Chrysler, GM, Toyota sales jump, Ford falls 1% – USA TODAY
Chrysler and General Motors recorded April sales increases of 14% and 7%, respectively, while Ford sales fell 1%.
Automakers viewed April as a key test of consumer confidence after sluggish sales during the brutal wintry months to start the year, which delayed many consumers’ trips to the showroom. Analysts are projecting an overall increase of 10% for the industry in April.
Toyota posted a 13% increase, while Nissan was up 18% increase and Hyundai’s rose 4%. Volkswagen’s sales fell 8%.
For GM, an 8% increase in retail sales may calm fears that a highly publicized ignition switch recall could hurt sales. GM CEO Mary Barra said last week that the situation has had “no meaningful impact” on sales so far. The April numbers bear that out.
Chevrolet, whose discontinued Cobalt compact is at the heart of the recall, reported a 5% increase. Cadillac sales also rose 5%, Buick’s were up 12%, while GMC sales increased 13%.
“Retail demand was steady in April, and truck sales and transaction prices were especially strong,” said Kurt McNeil, U.S. vice president of sales operations, in a statement. “As we expected, the economy continues to strengthen. In addition, our award-winning new products are performing well, we have more on the way and our dealers are winning accolades for outstanding service.”
Chrysler’s monthly sales rose from a year earlier for the 49th consecutive month. Ram trucks (up 22%) and Jeep SUVs (up 52%) led the way.
Sales were flat for Dodge and tumbled 21% for the Chrysler brand, which offers only two cars and one minivan.
“The spring selling season is heating up as our Jeep brand had its best monthly sales ever,” said Reid Bigland, head of Chrysler’s U.S. sales, in a statement. “Both of our minivans had a strong April and the Ram pickup truck had its best April ever.”
Despite its sales decline for the month, Ford’s F-series truck line, the most popular vehicle in the U.S., rose 7% to 63,387 units. Average industry incentives on full-size trucks fell $680 for the month, while Ford’s fell $380 to about $3,700 per truck, according to sales officials.
Sales of the Chevrolet Silverado and GMC Sierra full-size pickup trucks rose 12% sales collectively. But sales of several small and midsize cars fell, including the Chevrolet Sonic, Cruze and Malibu.
GM truck incentives rose 16% for the month, while Ram truck incentives fell 22% and Ford truck incentives were down 9%, according to Barclays.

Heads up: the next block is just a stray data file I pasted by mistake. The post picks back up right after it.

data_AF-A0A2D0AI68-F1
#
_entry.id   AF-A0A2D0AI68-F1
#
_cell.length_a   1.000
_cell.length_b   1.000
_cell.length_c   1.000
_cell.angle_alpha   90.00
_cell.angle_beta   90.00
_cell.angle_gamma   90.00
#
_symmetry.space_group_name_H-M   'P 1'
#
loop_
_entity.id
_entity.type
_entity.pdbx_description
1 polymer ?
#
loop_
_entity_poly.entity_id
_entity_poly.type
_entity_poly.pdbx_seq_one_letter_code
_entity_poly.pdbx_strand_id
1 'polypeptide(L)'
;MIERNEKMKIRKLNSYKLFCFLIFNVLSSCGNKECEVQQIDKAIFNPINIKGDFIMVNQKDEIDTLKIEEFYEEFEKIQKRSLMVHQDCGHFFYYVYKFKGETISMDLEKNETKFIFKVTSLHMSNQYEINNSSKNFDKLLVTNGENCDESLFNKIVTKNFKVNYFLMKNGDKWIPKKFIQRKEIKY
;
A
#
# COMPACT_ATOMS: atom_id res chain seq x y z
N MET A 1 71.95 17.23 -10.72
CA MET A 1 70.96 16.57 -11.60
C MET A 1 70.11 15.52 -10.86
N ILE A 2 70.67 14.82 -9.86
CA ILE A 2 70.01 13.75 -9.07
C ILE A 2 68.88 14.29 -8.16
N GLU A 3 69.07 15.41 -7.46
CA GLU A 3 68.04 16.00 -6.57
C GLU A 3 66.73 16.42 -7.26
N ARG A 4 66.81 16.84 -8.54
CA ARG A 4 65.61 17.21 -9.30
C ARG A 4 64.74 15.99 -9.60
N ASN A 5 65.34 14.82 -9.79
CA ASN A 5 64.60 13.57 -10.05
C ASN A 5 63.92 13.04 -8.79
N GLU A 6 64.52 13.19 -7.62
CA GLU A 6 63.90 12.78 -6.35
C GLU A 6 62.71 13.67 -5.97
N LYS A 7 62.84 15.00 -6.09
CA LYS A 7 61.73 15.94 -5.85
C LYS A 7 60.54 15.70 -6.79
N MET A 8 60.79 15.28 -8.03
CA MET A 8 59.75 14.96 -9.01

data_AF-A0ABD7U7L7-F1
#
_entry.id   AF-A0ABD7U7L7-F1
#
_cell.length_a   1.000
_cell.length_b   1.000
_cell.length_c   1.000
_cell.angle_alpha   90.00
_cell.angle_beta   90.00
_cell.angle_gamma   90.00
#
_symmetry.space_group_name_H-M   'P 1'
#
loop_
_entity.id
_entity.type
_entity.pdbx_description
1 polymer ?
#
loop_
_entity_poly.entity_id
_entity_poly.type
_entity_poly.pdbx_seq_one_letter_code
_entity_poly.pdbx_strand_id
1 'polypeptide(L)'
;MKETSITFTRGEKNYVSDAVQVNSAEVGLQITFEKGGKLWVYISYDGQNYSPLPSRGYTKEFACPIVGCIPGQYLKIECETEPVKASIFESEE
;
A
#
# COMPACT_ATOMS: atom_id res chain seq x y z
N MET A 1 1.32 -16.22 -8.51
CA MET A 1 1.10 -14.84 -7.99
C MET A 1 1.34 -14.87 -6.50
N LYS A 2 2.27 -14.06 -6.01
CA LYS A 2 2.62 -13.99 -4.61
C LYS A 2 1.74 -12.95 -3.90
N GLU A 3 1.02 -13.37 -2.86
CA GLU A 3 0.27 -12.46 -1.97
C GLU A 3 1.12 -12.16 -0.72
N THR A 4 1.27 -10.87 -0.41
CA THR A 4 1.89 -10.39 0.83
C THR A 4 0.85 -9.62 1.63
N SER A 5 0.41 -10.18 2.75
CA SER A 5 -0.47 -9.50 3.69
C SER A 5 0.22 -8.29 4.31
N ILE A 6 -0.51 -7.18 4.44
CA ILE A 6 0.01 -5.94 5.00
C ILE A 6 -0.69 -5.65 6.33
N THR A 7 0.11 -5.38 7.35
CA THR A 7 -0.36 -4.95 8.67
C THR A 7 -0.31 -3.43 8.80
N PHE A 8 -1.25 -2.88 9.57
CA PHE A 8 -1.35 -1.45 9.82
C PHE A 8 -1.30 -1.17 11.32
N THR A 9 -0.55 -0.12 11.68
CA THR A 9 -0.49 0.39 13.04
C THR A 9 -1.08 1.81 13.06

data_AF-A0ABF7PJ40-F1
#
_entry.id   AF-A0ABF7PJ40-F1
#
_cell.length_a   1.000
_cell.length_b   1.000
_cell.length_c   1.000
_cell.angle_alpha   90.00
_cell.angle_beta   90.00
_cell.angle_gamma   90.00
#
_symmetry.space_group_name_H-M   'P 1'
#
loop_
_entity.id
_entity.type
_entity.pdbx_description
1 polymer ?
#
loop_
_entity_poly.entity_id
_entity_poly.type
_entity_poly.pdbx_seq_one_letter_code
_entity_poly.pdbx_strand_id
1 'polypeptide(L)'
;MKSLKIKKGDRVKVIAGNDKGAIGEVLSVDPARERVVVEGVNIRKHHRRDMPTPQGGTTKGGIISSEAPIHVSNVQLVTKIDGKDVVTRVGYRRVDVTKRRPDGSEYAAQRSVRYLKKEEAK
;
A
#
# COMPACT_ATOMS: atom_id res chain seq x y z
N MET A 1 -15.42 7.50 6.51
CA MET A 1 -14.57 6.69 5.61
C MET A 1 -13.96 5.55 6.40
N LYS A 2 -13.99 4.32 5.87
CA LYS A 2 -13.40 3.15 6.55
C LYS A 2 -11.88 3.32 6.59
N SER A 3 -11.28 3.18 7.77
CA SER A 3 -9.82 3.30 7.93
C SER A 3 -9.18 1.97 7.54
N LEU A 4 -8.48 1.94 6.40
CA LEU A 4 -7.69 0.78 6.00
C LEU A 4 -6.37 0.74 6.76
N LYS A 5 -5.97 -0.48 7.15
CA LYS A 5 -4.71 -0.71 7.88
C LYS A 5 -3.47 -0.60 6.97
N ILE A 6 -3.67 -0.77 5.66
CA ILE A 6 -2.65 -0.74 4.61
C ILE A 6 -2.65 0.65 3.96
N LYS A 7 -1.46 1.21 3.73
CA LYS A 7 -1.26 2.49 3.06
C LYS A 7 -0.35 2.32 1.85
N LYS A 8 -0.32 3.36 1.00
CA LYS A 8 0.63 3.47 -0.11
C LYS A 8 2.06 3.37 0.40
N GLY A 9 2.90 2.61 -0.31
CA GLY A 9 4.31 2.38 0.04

“There’s been a lot of volatility between some of the various different automakers in terms of making adjustments to the incentive spend,” said Erich Merkle, Ford’s sales analyst.
Kelley Blue Book estimates that industry sales will top 1.4 million units, and an estimated 16.3 million seasonally adjusted annual rate.
“Sales also are supported by improved credit availability, low interest rates and attractive lease offers,” said Alec Gutierrez, senior analyst for Kelley Blue Book, in a statement.
U.S. consumers continue to favor crossovers and SUVs over cars. Sales of small crossovers and SUVs increased an estimated 22% in April to 179,000 compared with a 5.3% increase for mid-size sedans to and estimated 216,000.
Among foreign makers reporting, Toyota Motor Sales total sales were up 13% to 199,660 units.
“Sales momentum from March rolled into April pushing the industry to its best back-to-back monthly sales pace since fall of 2007,” said Bill Fay, Toyota division group vice president and general manager. “For Toyota, truck sales continue to soar. Tundra is a highlight with double-digit gains as comfort, safety and technology of the all-new model remain a strong draw for consumers.”
Volkswagen’s sales slide continues, with an 8.4% decline for the month to 30,831. Only the Passat and Sportwagen posted small gains among VW’s volume models. Diesels accounted for 42% of Passat sales and 31% of all VW sales.
Hyundai tweeted that April sales rose 4.4% to 66,107 units, with strength in the Santa Fe crossovers and Sonata sedans.
The remainder of the industry will report April sales later today.